Carl Richards, CFP, is the author of "The Behavior Gap" and "The One-Page Financial Plan: A Simple Way to Be Smart About Your Money." He also writes the weekly "Sketch Guy" column for The New York Times.
- Asset-allocation suggestions that run out
to two decimal places.
- Life expectancy projects that show up in months.
- Advisors telling clients they’re 97.4573%
confident clients will meet their retirement goals
after using Monte Carlo calculators
It’s not the tools’ fault. It’s us.
We are so dead set on the idea that our value
must come from providing certainty that we will
go to some pretty dramatic lengths to deliver it—
But certainty is a myth.
That’s a problem because humans (you and
I included) want certainty more than just about
anything else. We want someone to tell
us what’s going to happen next. When will the
rain come? Where will the buffalo be next season?
What will the market do next quarter?
We’ve built an entire industry on the idea that we
can come down from the mountaintop with
our version of stone tablets and give the people
what they want. We have bigger computers,
more research staff, and larger budgets. We’ve
designed an industry to sell certainty.
But the reality is that our clients’ lives and
the markets’ movements come with irreducible
uncertainty. The business we’re in lives at the
intersection of those two uncertain paths. When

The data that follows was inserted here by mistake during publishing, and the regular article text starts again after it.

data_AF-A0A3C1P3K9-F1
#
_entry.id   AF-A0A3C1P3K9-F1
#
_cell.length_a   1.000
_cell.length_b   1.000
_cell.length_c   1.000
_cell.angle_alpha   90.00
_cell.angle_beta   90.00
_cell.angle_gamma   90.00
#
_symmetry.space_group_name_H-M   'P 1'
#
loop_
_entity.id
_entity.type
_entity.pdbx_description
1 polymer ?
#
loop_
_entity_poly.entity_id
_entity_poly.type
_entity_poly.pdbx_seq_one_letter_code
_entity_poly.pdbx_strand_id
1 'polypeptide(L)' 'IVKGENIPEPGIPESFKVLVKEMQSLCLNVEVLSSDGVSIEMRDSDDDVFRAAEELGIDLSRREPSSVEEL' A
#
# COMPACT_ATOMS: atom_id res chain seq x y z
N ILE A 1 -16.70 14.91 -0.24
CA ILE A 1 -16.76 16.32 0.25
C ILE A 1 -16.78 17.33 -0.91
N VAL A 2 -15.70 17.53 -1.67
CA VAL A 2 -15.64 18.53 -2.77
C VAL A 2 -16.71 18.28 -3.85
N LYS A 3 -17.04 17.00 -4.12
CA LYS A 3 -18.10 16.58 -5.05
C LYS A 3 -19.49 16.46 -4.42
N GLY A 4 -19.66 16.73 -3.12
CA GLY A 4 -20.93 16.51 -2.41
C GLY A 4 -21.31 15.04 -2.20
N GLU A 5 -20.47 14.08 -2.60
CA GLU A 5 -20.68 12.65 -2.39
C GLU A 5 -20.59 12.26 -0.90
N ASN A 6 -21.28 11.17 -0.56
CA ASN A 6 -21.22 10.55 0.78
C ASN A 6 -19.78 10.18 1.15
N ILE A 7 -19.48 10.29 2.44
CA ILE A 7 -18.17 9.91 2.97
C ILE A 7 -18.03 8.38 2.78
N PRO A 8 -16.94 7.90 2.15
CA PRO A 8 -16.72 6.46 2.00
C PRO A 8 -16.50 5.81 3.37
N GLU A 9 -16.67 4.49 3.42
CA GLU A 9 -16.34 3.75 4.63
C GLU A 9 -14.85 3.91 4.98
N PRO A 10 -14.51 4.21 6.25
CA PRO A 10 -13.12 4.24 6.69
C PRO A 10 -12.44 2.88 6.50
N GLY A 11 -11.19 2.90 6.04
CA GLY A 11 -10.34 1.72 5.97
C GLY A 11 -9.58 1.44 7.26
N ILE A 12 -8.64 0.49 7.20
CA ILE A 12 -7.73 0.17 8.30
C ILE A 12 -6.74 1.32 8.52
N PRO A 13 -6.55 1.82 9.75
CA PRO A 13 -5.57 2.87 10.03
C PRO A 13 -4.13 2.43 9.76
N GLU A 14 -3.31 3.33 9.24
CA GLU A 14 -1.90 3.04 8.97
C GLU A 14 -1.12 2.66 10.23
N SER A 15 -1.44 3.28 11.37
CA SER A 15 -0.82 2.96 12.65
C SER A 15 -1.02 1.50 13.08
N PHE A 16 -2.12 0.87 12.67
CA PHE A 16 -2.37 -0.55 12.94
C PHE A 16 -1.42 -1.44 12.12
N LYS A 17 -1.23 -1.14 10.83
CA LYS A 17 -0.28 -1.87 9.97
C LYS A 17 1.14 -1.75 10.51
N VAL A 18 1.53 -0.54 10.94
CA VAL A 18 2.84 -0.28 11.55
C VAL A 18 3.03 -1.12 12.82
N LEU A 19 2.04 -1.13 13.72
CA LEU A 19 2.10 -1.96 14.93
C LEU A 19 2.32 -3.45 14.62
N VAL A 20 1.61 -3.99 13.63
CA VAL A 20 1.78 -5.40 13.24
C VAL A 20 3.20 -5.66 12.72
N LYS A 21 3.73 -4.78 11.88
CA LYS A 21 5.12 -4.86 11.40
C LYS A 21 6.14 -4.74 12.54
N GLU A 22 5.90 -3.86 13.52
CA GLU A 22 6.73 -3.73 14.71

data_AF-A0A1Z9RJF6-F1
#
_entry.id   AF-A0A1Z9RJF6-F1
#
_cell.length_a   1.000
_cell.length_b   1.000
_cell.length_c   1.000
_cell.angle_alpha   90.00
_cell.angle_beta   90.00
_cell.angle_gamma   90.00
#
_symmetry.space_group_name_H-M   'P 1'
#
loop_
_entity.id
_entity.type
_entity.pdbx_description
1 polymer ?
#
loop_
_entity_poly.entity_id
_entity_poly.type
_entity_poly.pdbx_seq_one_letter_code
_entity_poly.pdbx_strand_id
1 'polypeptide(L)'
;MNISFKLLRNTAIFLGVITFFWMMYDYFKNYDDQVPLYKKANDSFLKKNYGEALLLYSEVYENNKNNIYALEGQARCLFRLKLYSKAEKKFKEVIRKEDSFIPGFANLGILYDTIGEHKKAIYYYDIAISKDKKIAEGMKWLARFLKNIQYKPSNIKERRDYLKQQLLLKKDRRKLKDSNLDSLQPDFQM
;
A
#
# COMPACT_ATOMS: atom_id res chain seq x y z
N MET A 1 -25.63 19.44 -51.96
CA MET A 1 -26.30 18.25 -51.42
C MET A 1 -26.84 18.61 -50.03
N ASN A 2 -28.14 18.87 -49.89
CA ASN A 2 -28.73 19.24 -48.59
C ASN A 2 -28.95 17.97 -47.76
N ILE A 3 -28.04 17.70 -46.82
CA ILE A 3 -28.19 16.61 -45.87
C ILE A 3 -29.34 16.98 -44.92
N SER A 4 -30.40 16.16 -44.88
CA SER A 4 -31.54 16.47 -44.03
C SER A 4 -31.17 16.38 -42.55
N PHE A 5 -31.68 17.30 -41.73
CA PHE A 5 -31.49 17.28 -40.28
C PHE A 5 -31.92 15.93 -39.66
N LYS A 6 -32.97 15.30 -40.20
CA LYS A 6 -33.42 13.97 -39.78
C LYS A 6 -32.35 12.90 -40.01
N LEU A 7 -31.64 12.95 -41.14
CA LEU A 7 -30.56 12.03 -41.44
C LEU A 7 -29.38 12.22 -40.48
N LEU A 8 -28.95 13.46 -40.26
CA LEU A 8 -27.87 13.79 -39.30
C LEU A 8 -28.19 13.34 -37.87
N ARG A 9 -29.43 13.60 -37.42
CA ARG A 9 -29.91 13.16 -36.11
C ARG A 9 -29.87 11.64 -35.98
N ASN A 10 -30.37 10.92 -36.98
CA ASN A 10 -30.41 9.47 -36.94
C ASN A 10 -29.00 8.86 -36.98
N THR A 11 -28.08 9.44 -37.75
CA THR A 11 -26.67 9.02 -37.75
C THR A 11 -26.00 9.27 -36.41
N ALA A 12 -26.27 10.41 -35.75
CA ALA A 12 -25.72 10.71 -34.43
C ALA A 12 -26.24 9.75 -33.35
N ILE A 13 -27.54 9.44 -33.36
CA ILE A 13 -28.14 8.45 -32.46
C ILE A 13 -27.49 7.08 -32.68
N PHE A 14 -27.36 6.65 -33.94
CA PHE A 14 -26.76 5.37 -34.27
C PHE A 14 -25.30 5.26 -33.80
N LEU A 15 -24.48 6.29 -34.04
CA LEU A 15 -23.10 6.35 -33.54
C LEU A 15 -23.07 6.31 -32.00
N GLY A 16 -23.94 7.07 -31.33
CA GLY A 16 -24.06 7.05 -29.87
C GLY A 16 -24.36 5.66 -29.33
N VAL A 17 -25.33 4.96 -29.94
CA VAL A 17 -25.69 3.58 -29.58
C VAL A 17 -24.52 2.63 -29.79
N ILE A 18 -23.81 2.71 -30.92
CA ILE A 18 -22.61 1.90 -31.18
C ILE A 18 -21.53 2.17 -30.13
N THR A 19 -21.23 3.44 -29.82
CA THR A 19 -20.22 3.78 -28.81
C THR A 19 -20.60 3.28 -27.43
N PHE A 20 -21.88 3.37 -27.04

we promise or imply certainty through things
like algorithms or investment policy committees,
we’re just exacerbating the problem.
People know we’re making stuff up.
They know that the things we call forecasts
or assumptions are nothing but guesses. And the
more we pretend these forecasts or assumptions
are something other than guesses, the more
we’re complicit in the game that results in
Certainty is an expectation that we simply
But here’s a secret: We don’t have to.
I’ve paid attention to some of the best leaders
in our industry, and they’ve stopped playing the
game. They made transparency a priority
(crazy!) and are honest, sometimes brutally so,
about the idea that they didn’t know exactly what
I know that when I made the switch and started
using the word “guess” during client conversations,
people relaxed. People felt less pressure, and
as a result, they felt they could relax. It emphasized
they were in safe company, and we were working
through a process. As a result, they valued my
advice more, not less, because it was reality-based.
May I make a humble suggestion?
Real financial advice doesn’t need to defend
outdated ideas. Instead, we should embrace our
role of being guides in a changing world. We
have plenty of tools and experience to help us help
our clients deal with what we find together.
That’s what real human beings want. That’s what
our clients want. They want a trusted advisor
to guide them through uncertainty rather than sell
them the false promise of certainty.
That’s a job we as an industry can do. The question
facing all of us is whether we’re willing to let
go of the outdated promises we made the
cornerstone of financial advice, and embrace
This article originally appeared in the December/January 2018 issue of Morningstar magazine. To learn more about Morningstar magazine, please visit our corporate website.